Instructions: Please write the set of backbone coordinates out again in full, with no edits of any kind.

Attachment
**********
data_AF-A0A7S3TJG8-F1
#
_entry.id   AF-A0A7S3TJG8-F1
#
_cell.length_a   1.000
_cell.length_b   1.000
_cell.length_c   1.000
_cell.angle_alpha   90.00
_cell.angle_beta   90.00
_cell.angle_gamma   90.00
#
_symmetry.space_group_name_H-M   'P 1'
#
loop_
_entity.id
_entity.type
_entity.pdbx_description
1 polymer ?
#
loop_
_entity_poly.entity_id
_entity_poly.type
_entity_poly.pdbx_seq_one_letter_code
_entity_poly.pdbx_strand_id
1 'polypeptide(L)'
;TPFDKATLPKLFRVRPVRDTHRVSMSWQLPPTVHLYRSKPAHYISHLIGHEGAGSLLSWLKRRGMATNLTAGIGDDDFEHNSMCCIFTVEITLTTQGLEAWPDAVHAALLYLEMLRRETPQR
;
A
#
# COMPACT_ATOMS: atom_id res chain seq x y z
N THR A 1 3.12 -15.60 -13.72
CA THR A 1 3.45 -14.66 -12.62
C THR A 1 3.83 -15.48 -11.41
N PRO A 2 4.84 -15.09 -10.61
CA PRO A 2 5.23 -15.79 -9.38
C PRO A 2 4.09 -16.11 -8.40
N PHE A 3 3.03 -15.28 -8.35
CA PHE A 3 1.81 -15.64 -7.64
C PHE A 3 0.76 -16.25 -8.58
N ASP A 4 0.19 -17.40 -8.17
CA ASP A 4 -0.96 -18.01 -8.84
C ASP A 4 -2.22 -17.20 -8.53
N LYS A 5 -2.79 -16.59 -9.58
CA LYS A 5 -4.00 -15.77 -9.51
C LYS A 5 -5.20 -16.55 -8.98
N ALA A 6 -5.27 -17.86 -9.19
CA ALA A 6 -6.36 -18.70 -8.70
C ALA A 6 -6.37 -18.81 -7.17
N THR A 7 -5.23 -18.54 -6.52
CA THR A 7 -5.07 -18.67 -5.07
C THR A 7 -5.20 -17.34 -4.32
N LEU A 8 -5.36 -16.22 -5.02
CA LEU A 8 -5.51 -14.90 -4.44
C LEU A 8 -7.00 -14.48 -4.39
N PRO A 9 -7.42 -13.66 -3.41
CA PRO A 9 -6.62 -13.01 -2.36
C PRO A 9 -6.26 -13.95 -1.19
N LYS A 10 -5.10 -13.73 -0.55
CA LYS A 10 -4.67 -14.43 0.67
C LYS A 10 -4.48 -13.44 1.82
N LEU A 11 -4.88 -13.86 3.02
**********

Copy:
data_AF-A0A7S3TJG8-F1
#
_entry.id   AF-A0A7S3TJG8-F1
#
_cell.length_a   1.000
_cell.length_b   1.000
_cell.length_c   1.000
_cell.angle_alpha   90.00
_cell.angle_beta   90.00
_cell.angle_gamma   90.00
#
_symmetry.space_group_name_H-M   'P 1'
#
loop_
_entity.id
_entity.type
_entity.pdbx_description
1 polymer ?
#
loop_
_entity_poly.entity_id
_entity_poly.type
_entity_poly.pdbx_seq_one_letter_code
_entity_poly.pdbx_strand_id
1 'polypeptide(L)'
;TPFDKATLPKLFRVRPVRDTHRVSMSWQLPPTVHLYRSKPAHYISHLIGHEGAGSLLSWLKRRGMATNLTAGIGDDDFEHNSMCCIFTVEITLTTQGLEAWPDAVHAALLYLEMLRRETPQR
;
A
#
# COMPACT_ATOMS: atom_id res chain seq x y z
N THR A 1 3.12 -15.60 -13.72
CA THR A 1 3.45 -14.66 -12.62
C THR A 1 3.83 -15.48 -11.41
N PRO A 2 4.84 -15.09 -10.61
CA PRO A 2 5.23 -15.79 -9.38
C PRO A 2 4.09 -16.11 -8.40
N PHE A 3 3.03 -15.28 -8.35
CA PHE A 3 1.81 -15.64 -7.64
C PHE A 3 0.76 -16.25 -8.58
N ASP A 4 0.19 -17.40 -8.17
CA ASP A 4 -0.96 -18.01 -8.84
C ASP A 4 -2.22 -17.20 -8.53
N LYS A 5 -2.79 -16.59 -9.58
CA LYS A 5 -4.00 -15.77 -9.51
C LYS A 5 -5.20 -16.55 -8.98
N ALA A 6 -5.27 -17.86 -9.19
CA ALA A 6 -6.36 -18.70 -8.70
C ALA A 6 -6.37 -18.81 -7.17
N THR A 7 -5.23 -18.54 -6.52
CA THR A 7 -5.07 -18.67 -5.07
C THR A 7 -5.20 -17.34 -4.32
N LEU A 8 -5.36 -16.22 -5.02
CA LEU A 8 -5.51 -14.90 -4.44
C LEU A 8 -7.00 -14.48 -4.39
N PRO A 9 -7.42 -13.66 -3.41
CA PRO A 9 -6.62 -13.01 -2.36
C PRO A 9 -6.26 -13.95 -1.19
N LYS A 10 -5.10 -13.73 -0.55
CA LYS A 10 -4.67 -14.43 0.67
C LYS A 10 -4.48 -13.44 1.82
N LEU A 11 -4.88 -13.86 3.02